Cancer patients’ expectations regarding empowering knowledge and nurse advocacy in Finland and Spain

Heli Vaartio-Rajalin, Helena Leino-Kilpi, Adelaida Zabalegui, Monserrat Valverde, Anna Mantecon, Pauli Puukka


Introduction: Cancer patients are not a homogenous group with the same information needs, but rather a vast range of individuals with different backgrounds, needs, life situations, and stressors. The patients’ knowledge and self-
determination expectations vary during illness trajectory, and they may need counseling by a nurse as patient advocate. Therefore, counseling of cancer patients should be seen as a process aimed at providing the patients with empowering information.

Aim: This study aims to explicate adult cancer patients’ expectations regarding empowering knowledge and counseling nurse advocacy in relation to the significant demographical, situational and clinical factors that affect these expectations during the illness trajectory. Furthermore the aim is to describe the possible differences between two culturally different settings, i.e. northern and southern Europe.

Methods: A survey was conducted using the Expected Knowledge of Hospital Patients® instrument, accompanied by self-determination, advocacy and empowerment related questions, among informants recruited from two university hospitals in Finland (n = 332) and one university hospital in Spain (n = 483).

Results: Several demographical, situational and clinical factors such as age, educational background, actual clinical symptoms and perceived emotional distress of the patient correlated statistically significantly with the knowledge and advocacy expectations. In both datasets, the bio-physiological knowledge represented the most highly expected knowledge domain, and knowledge about social issues or economic matters the least expected domains. Spanish informants had higher knowledge expectations in all sum variables and a higher need for counseling advocacy than Finnish informants. Despite that, the Spanish informants showed slightly higher perceived empowerment in self-determination and advocacy than the Finnish informants.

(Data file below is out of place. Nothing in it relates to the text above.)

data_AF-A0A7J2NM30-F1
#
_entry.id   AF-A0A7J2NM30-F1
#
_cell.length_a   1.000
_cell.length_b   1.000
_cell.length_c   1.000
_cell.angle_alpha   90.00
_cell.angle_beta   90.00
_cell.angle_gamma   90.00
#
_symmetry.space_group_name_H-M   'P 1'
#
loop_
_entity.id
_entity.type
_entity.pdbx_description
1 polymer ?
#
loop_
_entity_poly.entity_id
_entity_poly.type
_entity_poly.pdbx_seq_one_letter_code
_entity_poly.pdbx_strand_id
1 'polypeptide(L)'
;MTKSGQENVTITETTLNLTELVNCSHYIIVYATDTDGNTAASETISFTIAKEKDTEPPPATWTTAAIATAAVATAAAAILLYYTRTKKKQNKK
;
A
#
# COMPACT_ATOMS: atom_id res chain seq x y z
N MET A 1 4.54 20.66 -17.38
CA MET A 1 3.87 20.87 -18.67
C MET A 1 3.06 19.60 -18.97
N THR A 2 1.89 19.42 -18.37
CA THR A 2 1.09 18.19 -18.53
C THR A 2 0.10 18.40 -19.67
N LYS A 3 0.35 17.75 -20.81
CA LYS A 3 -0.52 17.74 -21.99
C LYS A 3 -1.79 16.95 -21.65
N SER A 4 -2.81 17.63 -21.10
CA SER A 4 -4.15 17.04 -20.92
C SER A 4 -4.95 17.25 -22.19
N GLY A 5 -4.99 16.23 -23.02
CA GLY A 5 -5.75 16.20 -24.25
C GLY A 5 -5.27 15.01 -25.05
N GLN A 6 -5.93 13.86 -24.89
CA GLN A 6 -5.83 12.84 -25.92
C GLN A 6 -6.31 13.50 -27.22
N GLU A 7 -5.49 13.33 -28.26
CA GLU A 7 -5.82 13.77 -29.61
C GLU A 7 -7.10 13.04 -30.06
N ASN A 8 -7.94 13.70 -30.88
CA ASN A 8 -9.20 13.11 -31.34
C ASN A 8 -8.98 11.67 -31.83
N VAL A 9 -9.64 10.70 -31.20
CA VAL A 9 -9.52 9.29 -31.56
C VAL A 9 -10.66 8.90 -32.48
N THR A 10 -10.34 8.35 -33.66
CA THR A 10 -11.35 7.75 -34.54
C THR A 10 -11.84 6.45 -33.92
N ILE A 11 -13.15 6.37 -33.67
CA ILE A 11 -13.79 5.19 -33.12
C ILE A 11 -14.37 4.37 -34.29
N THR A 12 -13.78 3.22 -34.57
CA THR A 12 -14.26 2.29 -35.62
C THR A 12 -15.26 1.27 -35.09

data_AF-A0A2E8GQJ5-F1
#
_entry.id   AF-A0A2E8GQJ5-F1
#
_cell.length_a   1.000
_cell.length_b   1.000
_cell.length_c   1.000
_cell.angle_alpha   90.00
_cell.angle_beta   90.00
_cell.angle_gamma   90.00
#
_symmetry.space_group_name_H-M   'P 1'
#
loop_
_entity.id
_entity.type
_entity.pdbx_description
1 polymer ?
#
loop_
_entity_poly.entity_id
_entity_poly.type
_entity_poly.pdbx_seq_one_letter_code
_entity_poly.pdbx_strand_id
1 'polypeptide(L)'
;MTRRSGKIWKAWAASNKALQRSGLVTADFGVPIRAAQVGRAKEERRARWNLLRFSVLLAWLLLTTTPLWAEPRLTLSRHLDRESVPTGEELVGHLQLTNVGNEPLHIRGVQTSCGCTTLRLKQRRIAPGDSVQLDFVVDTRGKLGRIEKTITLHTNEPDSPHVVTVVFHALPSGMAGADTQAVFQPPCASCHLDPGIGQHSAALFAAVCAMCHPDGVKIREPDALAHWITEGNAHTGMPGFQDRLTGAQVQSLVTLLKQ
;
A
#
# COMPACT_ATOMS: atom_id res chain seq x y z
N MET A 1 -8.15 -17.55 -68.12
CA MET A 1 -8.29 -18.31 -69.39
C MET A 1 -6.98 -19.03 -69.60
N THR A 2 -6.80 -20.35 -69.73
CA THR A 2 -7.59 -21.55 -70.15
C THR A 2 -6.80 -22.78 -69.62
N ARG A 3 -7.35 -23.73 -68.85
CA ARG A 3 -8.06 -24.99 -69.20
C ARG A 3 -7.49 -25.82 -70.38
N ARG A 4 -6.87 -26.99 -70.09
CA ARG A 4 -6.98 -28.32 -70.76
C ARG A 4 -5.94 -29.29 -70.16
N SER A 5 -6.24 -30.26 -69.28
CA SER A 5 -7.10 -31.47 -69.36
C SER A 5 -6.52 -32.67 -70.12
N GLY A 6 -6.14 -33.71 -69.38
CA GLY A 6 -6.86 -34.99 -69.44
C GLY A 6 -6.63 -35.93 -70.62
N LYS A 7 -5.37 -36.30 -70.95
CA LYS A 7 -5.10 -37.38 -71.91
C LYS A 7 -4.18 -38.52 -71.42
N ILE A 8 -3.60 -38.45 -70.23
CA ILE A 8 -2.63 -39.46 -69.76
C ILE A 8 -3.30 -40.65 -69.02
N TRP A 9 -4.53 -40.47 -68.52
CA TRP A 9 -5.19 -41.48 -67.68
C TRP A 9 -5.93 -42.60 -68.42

Conclusions: Patient education in oncologic context should be based on a continuous analysis of patients’ emotional distress and clinical symptoms instead of routine praxis. Therefore, a patient-centered approach to education should be structured and applied to make sure that patients are fully informed about their condition and treatment options and to ensure that patients feel respected in the clinical encounter.

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Clinical Nursing Studies
ISSN 2324-7940(Print)   ISSN 2324-7959(Online)

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